A retired couple, Brian and Carla Restid, bought life insurance protect their way of life in retirement, Paul Sullivan writes on NY Times. After about a year, the couple upgraded to a program offered by the insurer to get healthier and more fit, the publication writes.
Due to their improved well-being, they have saved about $700 in premiums.
“It provided a way for me to be accountable to myself,” said Mrs. Restid.
“It provided me a way to get going and keep going. I was exercising before, but it wasn’t at the forefront of my mind. This set me on a life-changing program.”
Vitality, the program they joined, will be included in all new life insurance policies underwritten by John Hancock.
The program was developed in conjunction with Vitality, a company that works with insurers around the world on similar plans.
“Vitality has been an optional benefit,” said Brooks Tingle, president and CEO of John Hancock Insurance.
“Now, we’re saying we won’t issue life insurance policies without these Vitality benefits on them.”
If they get involved, customers will be able to lessen premiums by up to 15%.
Additionally, customers will be asked to report their habits on eating, drinking as well as exercise to their insurance company.
“For an insurer, you’re going to get healthier people — that’s why they’re going to give you all their data,” said Katherine L. Milkman, a professor at the University of Pennsylvania.
Now insurance sales agents can put the buyer in charge, offering lower premiums as well as a range of financial incentives for the policyholder to try to live longer.
After every ten workouts, the couple gets to spin a wheel of fortune on a mobile app and accrue points for gift cards at various retailers.
Mr. Restid said that when the couple traveled to New York this summer, they stayed at a hotel that was part of the program and $1200.
“The main thing we’ve seen in a variety of studies looking at health incentives is that healthy people are very interested in being in these types of programs,” said Justin Sydnor, a professor at the University of Wisconsin at Madison.
“One, it’s about money, but two, healthy people don’t like to fail at getting the incentives. People who know they’re going to struggle aren’t as interested in programs like this.”
For John Hancock, the program is great for business.
“The longer people live, the more money we make,” Mr. Tingle said. “If we can collectively help our customers live just a bit longer, it’s quite advantageous for us as a company.”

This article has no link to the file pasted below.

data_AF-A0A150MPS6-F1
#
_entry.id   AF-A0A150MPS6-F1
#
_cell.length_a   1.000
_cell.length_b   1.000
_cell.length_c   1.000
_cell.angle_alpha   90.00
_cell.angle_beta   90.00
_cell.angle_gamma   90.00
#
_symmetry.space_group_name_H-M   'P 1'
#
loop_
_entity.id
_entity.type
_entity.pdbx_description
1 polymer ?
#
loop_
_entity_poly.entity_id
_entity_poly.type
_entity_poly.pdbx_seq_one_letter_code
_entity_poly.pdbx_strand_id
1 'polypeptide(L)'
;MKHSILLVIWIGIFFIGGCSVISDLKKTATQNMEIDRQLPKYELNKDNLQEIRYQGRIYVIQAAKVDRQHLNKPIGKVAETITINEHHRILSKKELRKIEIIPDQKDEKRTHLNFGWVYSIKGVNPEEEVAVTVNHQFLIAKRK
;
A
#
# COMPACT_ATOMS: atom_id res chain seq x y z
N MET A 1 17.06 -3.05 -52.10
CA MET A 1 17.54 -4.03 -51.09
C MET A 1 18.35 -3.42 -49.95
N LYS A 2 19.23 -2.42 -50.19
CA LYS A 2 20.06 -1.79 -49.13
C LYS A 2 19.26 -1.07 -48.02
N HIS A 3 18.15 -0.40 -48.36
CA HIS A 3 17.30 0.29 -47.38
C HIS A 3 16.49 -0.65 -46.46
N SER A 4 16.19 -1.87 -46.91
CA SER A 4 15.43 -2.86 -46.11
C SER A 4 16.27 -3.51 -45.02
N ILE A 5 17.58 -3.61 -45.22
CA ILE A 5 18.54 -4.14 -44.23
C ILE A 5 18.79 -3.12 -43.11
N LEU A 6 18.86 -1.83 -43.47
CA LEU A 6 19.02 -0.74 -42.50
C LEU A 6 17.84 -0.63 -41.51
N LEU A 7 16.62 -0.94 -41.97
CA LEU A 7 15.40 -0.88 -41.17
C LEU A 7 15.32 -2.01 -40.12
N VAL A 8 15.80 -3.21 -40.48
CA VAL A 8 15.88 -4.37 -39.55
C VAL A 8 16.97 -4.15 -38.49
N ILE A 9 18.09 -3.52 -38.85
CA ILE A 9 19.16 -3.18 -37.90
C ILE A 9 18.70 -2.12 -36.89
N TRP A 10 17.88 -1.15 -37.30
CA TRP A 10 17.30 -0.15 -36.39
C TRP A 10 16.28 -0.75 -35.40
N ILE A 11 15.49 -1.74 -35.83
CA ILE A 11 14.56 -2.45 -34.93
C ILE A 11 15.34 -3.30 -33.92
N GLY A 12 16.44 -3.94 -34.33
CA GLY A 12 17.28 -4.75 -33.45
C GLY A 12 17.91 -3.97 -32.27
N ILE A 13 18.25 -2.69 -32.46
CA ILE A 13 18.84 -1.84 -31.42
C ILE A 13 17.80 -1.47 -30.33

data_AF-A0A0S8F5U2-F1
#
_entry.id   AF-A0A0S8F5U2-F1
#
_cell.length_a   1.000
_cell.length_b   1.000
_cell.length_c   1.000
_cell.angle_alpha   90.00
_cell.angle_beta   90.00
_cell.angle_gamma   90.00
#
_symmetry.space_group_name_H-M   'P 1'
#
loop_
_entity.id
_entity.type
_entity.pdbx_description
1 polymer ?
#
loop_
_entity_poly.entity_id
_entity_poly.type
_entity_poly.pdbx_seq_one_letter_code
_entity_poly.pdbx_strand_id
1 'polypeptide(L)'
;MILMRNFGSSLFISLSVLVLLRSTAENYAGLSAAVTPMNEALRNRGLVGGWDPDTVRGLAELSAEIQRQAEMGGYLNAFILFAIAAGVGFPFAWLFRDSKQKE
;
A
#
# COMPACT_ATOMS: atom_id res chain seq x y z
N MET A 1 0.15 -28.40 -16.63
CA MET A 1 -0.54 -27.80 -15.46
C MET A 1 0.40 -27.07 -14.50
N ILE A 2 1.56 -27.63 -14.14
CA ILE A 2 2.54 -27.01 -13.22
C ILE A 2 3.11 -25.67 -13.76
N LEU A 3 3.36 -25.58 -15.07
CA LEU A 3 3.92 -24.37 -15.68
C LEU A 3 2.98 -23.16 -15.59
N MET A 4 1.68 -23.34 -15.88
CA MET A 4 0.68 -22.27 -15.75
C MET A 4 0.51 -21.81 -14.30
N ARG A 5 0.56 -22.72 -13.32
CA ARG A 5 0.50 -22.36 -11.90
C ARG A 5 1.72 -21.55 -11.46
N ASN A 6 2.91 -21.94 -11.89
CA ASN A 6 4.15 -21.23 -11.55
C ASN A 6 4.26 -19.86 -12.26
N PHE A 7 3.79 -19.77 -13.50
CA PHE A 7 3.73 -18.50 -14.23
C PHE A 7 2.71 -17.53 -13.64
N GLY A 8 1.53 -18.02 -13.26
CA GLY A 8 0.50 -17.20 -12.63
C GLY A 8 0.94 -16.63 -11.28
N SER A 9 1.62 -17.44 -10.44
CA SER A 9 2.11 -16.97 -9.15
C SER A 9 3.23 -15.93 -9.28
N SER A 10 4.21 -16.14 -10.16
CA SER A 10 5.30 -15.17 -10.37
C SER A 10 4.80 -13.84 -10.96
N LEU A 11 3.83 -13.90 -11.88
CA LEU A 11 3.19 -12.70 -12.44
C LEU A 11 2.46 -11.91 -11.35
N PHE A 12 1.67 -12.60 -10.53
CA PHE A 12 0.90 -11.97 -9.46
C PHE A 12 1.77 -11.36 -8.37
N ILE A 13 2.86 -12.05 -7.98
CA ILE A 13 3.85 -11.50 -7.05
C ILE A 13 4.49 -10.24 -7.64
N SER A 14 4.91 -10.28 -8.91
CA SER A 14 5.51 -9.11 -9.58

The market for life insurance is vast. About half of Americans own some form.
Close to one-third own individual policies.
Individual policies are more profitable than group policies they could get through work.
“It’s a great idea to extend it to their full line of products, but they have not had spectacular success with the product so far,” said Steven N. Weisbart, chief economist at Insurance Information Institute, a trade group.
“People do respond to incentives,” Mr. Weisbart said. “But the question is, do people respond to these incentives? The answer seems to be, not really.”
Mr. Tingle said that what drove the commitment to make Vitality mandatory on all new policies was but how customers used the offering. In the past three years, use of the software has increased 706%.
The company has tried various strategies to get customers involved, beyond just lower premiums.
One shows just how encouraged people are by incentives. For example, customers may sign up to be sent an Apple Watch. If they meet a set of monthly goals over 2 years, the Apple watch is free.
“People like free things in general,” Mr. Tingle said.
“But I get letters from very wealthy individuals who are obsessed with getting that bill to zero.”
According to a poll conducted by the company, 29% of participants claimed that getting the free watch was “one of the main factors” in their choice to buy this kind of life insurance.
The Restids they put on their activity trackers in the morning to count their daily steps.
Mrs. Restid said that before she signed up for the program, she logged close to 4,000 steps. Now, she gets close to 10,000 steps and feels more energized after years of being on disability.
A reviewer of the John Hancock program, Dr. Mozaffarian, said the application used a scoring system to persuade people to purchase more nutritious food.
Customers are awarded more points for purchases of foods with high nutritional value.